Ethics: it’s tough even to give it away

Everybody talks about ethics but it seems nobody cares about it. The “ethics” talk is all about rules: bribery, conflict of interest, financial disclosure laws, nepotism, and the rest of the litany of rules of conduct that you can be fired or prosecuted for breaking.

If you subscribe to a Google alert for “ethics” you learned today that a key aide to the governor of Illinois was fined $500 and forced to resign for sending a campaign email on his state-issued cell phone. Or that the former Massachusetts State Auditor was fined $2,000 for by putting his unqualified 75-year-old cousin on the state payroll. Or that lobbyists are buying meals for Oklahoma lawmakers. That’s not about ethics, that’s about rules

Moreover, corporate ethics officers are so concerned with preventing criminal violations that they don’t have much (…any?) time for such things as the Golden Rule, arguing with the boss, or keeping one’s commitments. This became depressingly clear to me after I attended a meeting of ethics officers and academics. The meeting had focused on the Foreign Corrupt Practices Act, which makes it illegal for American companies to pay bribes overseas.

After the meeting I made an offer to the attendees that I thought they couldn’t refuse:

Hi, ethics friends—

Today’s ____ meeting was terrific: Anne _____’s talk was fascinating, and we paid her the highest compliment an audience can pay a speaker—we wouldn’t let her get through her powerpoints. That’s the kind of reception all speakers hope for. And the venue and food were worthy of the subject.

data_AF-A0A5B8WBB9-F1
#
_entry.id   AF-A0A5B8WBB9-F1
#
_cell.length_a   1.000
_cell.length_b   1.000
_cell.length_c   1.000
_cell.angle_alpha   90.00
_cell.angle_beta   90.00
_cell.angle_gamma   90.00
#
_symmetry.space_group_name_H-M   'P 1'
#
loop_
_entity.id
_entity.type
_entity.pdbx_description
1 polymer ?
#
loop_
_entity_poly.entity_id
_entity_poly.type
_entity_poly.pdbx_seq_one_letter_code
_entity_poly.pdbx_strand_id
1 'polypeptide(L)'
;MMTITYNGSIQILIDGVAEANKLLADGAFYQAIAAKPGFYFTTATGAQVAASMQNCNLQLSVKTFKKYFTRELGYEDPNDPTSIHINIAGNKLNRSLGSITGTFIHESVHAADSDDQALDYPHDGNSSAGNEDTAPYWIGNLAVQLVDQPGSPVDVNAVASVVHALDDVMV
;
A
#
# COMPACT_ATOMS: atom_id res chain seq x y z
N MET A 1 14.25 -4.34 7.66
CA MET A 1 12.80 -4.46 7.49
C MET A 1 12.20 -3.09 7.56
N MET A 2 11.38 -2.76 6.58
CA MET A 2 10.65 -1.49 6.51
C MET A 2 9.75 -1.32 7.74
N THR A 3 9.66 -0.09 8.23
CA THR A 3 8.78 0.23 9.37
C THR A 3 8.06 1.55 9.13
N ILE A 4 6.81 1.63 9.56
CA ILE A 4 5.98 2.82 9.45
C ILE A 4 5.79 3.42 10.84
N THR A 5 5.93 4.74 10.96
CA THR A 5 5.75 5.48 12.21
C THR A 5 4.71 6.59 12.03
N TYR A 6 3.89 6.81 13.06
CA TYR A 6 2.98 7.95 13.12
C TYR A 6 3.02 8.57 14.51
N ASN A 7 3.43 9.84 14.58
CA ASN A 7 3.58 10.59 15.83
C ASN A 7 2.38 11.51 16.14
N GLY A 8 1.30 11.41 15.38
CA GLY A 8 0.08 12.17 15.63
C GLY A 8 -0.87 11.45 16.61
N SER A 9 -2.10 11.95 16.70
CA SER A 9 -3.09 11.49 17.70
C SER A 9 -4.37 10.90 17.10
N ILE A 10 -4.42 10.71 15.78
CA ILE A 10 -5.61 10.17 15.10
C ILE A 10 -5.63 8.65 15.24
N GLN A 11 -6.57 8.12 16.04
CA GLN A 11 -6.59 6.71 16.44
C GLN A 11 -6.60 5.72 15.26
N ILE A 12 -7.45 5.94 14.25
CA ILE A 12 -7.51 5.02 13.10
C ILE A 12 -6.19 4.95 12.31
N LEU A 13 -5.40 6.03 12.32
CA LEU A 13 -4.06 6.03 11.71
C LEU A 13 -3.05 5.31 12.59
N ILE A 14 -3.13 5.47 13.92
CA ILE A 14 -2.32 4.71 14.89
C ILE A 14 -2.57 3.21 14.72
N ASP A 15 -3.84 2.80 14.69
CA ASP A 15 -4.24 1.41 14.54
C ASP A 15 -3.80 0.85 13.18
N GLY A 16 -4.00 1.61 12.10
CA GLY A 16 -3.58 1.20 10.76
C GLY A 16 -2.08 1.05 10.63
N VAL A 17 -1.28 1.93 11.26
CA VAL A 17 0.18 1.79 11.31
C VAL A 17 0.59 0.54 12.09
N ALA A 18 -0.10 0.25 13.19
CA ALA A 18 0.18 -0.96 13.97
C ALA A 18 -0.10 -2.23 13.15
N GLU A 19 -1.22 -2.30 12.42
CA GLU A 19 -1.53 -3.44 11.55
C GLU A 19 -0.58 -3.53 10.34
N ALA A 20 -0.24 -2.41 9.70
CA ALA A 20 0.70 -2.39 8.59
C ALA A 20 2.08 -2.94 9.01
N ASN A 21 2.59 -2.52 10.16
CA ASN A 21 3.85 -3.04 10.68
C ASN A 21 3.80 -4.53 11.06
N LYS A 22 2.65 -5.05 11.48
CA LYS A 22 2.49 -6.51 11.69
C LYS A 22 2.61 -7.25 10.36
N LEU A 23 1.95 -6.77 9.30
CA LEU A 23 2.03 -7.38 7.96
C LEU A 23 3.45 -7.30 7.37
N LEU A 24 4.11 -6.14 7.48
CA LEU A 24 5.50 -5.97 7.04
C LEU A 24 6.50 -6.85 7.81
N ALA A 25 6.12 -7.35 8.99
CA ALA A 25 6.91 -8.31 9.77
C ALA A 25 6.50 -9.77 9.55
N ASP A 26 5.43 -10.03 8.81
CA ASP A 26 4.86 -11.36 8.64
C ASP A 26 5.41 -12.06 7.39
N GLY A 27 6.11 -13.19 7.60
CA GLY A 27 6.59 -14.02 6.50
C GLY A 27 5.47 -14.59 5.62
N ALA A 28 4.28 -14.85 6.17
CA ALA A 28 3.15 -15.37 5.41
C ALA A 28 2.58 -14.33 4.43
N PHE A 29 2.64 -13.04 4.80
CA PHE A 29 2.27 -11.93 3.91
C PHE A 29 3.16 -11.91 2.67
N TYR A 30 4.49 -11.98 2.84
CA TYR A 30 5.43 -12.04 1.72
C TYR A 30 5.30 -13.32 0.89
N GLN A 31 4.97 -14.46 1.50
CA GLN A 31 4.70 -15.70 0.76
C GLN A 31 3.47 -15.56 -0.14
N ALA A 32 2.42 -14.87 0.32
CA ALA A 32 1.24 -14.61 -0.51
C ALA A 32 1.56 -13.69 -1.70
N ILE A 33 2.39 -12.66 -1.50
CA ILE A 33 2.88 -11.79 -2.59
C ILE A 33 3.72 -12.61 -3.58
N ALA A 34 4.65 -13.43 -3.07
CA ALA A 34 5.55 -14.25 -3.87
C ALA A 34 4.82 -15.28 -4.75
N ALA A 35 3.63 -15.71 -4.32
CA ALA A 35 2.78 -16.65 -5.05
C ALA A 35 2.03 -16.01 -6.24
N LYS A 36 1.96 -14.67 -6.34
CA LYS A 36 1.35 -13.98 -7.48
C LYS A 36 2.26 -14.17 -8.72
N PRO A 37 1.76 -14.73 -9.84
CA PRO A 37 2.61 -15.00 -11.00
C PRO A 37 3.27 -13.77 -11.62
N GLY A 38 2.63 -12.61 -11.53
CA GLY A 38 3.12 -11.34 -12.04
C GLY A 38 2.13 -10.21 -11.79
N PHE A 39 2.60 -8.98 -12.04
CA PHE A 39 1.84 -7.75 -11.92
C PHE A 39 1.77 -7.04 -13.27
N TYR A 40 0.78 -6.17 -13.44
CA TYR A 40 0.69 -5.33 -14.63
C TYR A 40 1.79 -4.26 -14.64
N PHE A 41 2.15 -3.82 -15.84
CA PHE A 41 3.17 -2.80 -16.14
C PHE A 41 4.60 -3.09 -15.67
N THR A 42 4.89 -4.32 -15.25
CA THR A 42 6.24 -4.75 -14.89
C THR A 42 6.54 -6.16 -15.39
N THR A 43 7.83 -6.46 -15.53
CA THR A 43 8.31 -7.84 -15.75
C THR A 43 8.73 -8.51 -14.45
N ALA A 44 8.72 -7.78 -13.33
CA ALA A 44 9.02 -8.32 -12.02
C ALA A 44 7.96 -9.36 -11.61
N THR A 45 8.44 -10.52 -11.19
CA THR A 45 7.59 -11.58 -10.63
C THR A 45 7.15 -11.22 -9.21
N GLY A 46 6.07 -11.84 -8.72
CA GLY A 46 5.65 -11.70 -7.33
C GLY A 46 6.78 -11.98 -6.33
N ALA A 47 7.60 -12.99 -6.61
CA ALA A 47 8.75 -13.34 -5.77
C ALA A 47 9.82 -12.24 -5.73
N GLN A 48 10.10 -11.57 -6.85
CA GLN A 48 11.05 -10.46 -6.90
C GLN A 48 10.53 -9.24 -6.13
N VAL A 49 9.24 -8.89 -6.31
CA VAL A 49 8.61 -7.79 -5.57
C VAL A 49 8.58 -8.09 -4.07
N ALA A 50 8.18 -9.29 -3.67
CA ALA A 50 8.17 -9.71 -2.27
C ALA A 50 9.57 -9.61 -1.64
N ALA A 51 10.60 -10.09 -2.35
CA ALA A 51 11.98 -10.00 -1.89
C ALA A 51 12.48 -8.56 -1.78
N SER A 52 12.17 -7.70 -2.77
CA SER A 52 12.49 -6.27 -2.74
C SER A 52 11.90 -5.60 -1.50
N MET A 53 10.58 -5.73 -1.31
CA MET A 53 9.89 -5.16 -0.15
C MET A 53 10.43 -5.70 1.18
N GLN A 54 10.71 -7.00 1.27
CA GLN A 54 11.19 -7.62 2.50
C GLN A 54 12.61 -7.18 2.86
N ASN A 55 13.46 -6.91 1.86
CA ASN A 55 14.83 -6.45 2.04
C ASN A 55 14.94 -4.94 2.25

But I was frustrated. As fascinating as bribery and corruption are, and as important as FCPA and Sarbanes-Oxley are to all of us, they’re not ethics. Ethics is the Golden Rule, telling the truth, and other non-legal mandates. That’s my passion: ethics, to live it and to teach it. That’s what was behind the book that Mick Ukleja and I wrote, and it’s what I try to teach at the University of Redlands School of Business.

So here’s my proposal: if you (any of you) provide the audience I’ll visit your place of business and do a one-hour seminar on ethics, really ethics. A brief synopsis is attached; it will be similar to the presentation many of you heard last year at _______ University.

I’ll charge $1 for the seminar; if that’s too hard I’ll do it pro bono.

Any takers?

Bob

Guess how many takers I got. Pick a number between zero and one. Nope, that’s too high.

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9 Responses to “Ethics: it’s tough even to give it away”

  1. Jack Marshall Says:

    Too creepy, Bob…I was just writing a memo to a compliance officer saying the same thing, AND I just posted a Disney graphic on my blog about three seconds ago.

  2. Ethics Bob Says:

    Yeah, right after I posted I got an email about Brer Rabbit. What’s that they say about small minds? Or…

    We should gang up on some corporate compliance types. You hold his arma and I’ll stuff ethics down his throat.